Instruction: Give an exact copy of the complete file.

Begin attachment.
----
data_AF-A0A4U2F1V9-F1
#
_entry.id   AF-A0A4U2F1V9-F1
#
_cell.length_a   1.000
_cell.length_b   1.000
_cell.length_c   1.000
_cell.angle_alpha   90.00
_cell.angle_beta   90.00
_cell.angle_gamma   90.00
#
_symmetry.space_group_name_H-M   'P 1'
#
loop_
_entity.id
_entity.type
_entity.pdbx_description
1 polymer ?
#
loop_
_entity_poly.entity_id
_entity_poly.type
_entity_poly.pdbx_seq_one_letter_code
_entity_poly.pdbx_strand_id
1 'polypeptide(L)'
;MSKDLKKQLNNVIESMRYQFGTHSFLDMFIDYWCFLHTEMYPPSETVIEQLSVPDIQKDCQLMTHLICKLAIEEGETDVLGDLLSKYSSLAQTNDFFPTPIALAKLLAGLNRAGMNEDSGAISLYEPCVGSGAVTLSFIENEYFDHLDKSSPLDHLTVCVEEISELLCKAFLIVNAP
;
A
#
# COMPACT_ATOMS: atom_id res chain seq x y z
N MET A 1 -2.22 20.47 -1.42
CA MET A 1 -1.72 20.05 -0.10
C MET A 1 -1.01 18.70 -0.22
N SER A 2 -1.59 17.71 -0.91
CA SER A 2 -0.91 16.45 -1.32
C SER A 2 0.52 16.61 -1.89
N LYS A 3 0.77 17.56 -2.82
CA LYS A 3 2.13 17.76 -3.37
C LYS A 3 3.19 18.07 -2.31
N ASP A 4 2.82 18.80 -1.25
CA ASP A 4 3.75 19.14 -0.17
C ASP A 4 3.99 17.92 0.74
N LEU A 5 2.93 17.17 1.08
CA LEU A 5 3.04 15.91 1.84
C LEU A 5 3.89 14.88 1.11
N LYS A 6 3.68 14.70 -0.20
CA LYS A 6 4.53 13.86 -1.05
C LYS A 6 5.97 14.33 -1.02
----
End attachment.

data_AF-A0A4U2F1V9-F1
#
_entry.id   AF-A0A4U2F1V9-F1
#
_cell.length_a   1.000
_cell.length_b   1.000
_cell.length_c   1.000
_cell.angle_alpha   90.00
_cell.angle_beta   90.00
_cell.angle_gamma   90.00
#
_symmetry.space_group_name_H-M   'P 1'
#
loop_
_entity.id
_entity.type
_entity.pdbx_description
1 polymer ?
#
loop_
_entity_poly.entity_id
_entity_poly.type
_entity_poly.pdbx_seq_one_letter_code
_entity_poly.pdbx_strand_id
1 'polypeptide(L)'
;MSKDLKKQLNNVIESMRYQFGTHSFLDMFIDYWCFLHTEMYPPSETVIEQLSVPDIQKDCQLMTHLICKLAIEEGETDVLGDLLSKYSSLAQTNDFFPTPIALAKLLAGLNRAGMNEDSGAISLYEPCVGSGAVTLSFIENEYFDHLDKSSPLDHLTVCVEEISELLCKAFLIVNAP
;
A
#
# COMPACT_ATOMS: atom_id res chain seq x y z
N MET A 1 -2.22 20.47 -1.42
CA MET A 1 -1.72 20.05 -0.10
C MET A 1 -1.01 18.70 -0.22
N SER A 2 -1.59 17.71 -0.91
CA SER A 2 -0.91 16.45 -1.32
C SER A 2 0.52 16.61 -1.89
N LYS A 3 0.77 17.56 -2.82
CA LYS A 3 2.13 17.76 -3.37
C LYS A 3 3.19 18.07 -2.31
N ASP A 4 2.82 18.80 -1.25
CA ASP A 4 3.75 19.14 -0.17
C ASP A 4 3.99 17.92 0.74
N LEU A 5 2.93 17.17 1.08
CA LEU A 5 3.04 15.91 1.84
C LEU A 5 3.89 14.88 1.11
N LYS A 6 3.68 14.70 -0.20
CA LYS A 6 4.53 13.86 -1.05
C LYS A 6 5.97 14.33 -1.02